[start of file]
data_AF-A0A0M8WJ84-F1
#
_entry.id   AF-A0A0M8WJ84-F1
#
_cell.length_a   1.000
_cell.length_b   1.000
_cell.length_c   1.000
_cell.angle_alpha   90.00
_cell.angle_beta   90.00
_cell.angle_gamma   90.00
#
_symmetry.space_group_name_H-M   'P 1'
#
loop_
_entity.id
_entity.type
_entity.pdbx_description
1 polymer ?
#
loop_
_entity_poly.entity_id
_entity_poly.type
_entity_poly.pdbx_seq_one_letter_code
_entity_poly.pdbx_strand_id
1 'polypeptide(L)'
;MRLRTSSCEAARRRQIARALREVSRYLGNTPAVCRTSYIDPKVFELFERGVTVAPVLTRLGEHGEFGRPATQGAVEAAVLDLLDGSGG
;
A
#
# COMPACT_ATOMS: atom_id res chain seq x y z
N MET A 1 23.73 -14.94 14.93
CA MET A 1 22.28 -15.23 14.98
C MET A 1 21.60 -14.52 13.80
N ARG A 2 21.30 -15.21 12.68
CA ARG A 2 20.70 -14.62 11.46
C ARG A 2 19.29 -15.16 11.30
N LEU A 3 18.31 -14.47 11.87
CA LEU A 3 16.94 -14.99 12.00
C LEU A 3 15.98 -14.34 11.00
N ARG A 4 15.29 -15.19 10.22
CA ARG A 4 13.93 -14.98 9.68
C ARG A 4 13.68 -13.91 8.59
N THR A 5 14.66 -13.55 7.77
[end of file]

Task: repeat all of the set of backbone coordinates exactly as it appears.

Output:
data_AF-A0A0M8WJ84-F1
#
_entry.id   AF-A0A0M8WJ84-F1
#
_cell.length_a   1.000
_cell.length_b   1.000
_cell.length_c   1.000
_cell.angle_alpha   90.00
_cell.angle_beta   90.00
_cell.angle_gamma   90.00
#
_symmetry.space_group_name_H-M   'P 1'
#
loop_
_entity.id
_entity.type
_entity.pdbx_description
1 polymer ?
#
loop_
_entity_poly.entity_id
_entity_poly.type
_entity_poly.pdbx_seq_one_letter_code
_entity_poly.pdbx_strand_id
1 'polypeptide(L)'
;MRLRTSSCEAARRRQIARALREVSRYLGNTPAVCRTSYIDPKVFELFERGVTVAPVLTRLGEHGEFGRPATQGAVEAAVLDLLDGSGG
;
A
#
# COMPACT_ATOMS: atom_id res chain seq x y z
N MET A 1 23.73 -14.94 14.93
CA MET A 1 22.28 -15.23 14.98
C MET A 1 21.60 -14.52 13.80
N ARG A 2 21.30 -15.21 12.68
CA ARG A 2 20.70 -14.62 11.46
C ARG A 2 19.29 -15.16 11.30
N LEU A 3 18.31 -14.47 11.87
CA LEU A 3 16.94 -14.99 12.00
C LEU A 3 15.98 -14.34 11.00
N ARG A 4 15.29 -15.19 10.22
CA ARG A 4 13.93 -14.98 9.68
C ARG A 4 13.68 -13.91 8.59
N THR A 5 14.66 -13.55 7.77